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Summa Theologica
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Whether eternal happiness is the proper object of hope?

Objection 1: It would seem that eternal happiness is not the proper object of hope. For a man does not hope for that which surpasses every movement of the soul, since hope itself is a movement of the soul. Now eternal happiness surpasses every movement of the human soul, for the Apostle says (1 Cor. 2:9) that it hath not "entered into the heart of man." Therefore happiness is not the proper object of hope.

Objection 2: Further, prayer is an expression of hope, for it is written (Ps. 36:5): "Commit thy way to the Lord, and trust in Him, and He will do it." Now it is lawful for man to pray God not only for eternal happiness, but also for the goods, both temporal and spiritual, of the present life, and, as evidenced by the Lord's Prayer, to be delivered from evils which will no longer be in eternal happiness. Therefore eternal happiness is not the proper object of hope.

Objection 3: Further, the object of hope is something difficult. Now many things besides eternal happiness are difficult to man. Therefore eternal happiness is not the proper object of hope.

On the contrary, The Apostle says (Heb. 6:19) that we have hope "which entereth in," i.e. maketh us to enter . . . "within the veil," i.e. into the happiness of heaven, according to the interpretation of a gloss on these words. Therefore the object of hope is eternal happiness.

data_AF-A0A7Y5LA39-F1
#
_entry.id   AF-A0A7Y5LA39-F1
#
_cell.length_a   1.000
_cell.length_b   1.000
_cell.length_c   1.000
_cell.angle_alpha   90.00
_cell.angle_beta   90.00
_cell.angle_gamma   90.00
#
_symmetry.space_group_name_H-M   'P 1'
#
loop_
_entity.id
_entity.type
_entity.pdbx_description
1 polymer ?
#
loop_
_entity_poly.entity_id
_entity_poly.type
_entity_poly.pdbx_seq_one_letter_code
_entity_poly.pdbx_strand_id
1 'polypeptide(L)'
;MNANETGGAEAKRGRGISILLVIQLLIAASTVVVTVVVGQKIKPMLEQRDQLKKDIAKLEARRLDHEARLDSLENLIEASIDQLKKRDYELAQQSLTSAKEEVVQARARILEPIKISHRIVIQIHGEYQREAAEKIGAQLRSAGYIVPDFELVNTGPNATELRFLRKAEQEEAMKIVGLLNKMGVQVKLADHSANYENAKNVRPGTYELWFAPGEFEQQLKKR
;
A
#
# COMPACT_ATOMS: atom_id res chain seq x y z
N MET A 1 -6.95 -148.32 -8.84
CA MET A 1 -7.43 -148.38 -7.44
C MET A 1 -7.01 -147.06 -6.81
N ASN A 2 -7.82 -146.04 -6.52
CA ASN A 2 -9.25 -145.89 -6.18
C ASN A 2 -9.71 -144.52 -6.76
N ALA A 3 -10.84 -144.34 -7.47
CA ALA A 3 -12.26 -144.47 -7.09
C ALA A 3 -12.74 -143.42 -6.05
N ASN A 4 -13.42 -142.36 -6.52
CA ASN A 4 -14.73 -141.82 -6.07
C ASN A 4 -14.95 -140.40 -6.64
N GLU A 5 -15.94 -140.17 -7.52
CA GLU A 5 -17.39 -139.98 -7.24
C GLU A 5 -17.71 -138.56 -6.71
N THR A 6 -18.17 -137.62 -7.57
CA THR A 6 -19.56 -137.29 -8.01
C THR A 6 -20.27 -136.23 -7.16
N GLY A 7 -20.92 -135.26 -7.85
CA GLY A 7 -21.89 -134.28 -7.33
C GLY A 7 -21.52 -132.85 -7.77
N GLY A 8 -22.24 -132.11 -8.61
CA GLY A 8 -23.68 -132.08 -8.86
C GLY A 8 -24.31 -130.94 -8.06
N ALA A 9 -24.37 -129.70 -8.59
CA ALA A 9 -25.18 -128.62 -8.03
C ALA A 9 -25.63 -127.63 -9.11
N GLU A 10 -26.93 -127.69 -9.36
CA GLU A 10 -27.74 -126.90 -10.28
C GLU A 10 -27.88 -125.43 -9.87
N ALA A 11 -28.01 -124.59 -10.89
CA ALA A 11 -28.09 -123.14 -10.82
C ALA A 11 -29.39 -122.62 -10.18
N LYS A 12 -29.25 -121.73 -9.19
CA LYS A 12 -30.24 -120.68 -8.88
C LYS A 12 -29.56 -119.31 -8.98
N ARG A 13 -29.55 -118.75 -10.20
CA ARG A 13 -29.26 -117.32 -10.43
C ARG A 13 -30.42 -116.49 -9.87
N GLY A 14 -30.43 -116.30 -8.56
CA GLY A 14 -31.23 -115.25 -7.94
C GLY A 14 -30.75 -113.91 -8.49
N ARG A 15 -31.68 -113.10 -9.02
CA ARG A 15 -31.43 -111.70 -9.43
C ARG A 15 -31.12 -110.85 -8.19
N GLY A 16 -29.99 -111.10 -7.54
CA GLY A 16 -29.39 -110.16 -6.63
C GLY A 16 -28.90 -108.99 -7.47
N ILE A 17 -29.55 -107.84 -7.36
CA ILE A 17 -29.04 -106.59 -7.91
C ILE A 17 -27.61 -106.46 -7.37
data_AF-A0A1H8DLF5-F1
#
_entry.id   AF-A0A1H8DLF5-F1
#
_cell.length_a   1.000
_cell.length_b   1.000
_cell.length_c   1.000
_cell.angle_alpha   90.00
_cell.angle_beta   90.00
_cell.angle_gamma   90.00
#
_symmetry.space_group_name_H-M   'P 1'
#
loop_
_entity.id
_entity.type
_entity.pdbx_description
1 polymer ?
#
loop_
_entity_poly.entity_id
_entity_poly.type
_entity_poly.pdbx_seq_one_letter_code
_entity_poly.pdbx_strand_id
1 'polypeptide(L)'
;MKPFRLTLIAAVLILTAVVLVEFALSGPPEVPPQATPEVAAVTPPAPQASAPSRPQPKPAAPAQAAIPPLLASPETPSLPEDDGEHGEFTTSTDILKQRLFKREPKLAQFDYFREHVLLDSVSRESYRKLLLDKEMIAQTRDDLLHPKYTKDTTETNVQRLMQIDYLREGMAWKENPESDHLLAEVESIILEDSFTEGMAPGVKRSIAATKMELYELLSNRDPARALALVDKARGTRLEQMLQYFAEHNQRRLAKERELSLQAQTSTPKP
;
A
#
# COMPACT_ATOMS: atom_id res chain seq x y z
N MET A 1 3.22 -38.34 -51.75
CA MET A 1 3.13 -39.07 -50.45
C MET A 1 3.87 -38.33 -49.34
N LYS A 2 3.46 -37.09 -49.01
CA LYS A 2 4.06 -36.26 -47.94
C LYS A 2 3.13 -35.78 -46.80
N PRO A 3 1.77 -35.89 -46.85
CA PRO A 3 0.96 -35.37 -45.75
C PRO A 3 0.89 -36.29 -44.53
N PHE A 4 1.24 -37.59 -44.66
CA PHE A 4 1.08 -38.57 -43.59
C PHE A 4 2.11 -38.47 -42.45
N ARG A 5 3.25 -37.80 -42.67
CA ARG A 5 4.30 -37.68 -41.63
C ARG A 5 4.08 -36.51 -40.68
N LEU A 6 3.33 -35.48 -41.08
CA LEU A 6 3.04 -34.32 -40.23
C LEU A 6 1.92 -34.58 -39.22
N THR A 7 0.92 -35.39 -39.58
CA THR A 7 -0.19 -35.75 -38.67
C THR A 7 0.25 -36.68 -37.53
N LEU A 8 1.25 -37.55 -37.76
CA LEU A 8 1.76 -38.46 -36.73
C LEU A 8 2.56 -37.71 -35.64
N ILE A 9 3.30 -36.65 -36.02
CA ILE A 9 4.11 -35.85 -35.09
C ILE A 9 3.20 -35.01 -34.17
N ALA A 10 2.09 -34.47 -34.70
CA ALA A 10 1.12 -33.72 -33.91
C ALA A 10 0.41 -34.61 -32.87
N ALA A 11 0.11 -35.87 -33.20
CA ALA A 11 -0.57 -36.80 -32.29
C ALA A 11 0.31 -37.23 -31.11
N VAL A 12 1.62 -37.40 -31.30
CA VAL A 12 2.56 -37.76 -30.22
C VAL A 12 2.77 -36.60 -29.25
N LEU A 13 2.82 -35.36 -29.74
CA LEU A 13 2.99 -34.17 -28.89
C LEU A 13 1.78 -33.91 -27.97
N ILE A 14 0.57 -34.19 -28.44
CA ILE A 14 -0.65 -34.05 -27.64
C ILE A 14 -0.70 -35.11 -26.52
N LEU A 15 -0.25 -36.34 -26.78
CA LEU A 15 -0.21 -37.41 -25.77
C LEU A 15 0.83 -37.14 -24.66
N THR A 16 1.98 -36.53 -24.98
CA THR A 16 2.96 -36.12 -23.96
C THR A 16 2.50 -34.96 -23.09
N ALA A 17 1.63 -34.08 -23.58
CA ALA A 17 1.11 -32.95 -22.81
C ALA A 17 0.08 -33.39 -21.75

I answer that, As stated above (A[1]), the hope of which we speak now, attains God by leaning on His help in order to obtain the hoped for good. Now an effect must be proportionate to its cause. Wherefore the good which we ought to hope for from God properly and chiefly is the infinite good, which is proportionate to the power of our divine helper, since it belongs to an infinite power to lead anyone to an infinite good. Such a good is eternal life, which consists in the enjoyment of God Himself. For we should hope from Him for nothing less than Himself, since His goodness, whereby He imparts good things to His creature, is no less than His Essence. Therefore the proper and principal object of hope is eternal happiness.

Reply to Objection 1: Eternal happiness does not enter into the heart of man perfectly, i.e. so that it be possible for a wayfarer to know its nature and quality; yet, under the general notion of the perfect good, it is possible for it to be apprehended by a man, and it is in this way that the movement of hope towards it arises. Hence the Apostle says pointedly (Heb. 6:19) that hope "enters in, even within the veil," because that which we hope for is as yet veiled, so to speak.

Reply to Objection 2: We ought not to pray God for any other goods, except in reference to eternal happiness. Hence hope regards eternal happiness chiefly, and other things, for which we pray God, it regards secondarily and as referred to eternal happiness: just as faith regards God principally, and, secondarily, those things which are referred to God, as stated above (Q[1], A[1]).

Reply to Objection 3: To him that longs for something great, all lesser things seem small; wherefore to him that hopes for eternal happiness, nothing else appears arduous, as compared with that hope; although, as compared with the capability of the man who hopes, other things besides may be arduous to him, so that he may have hope for such things in reference to its principal object.

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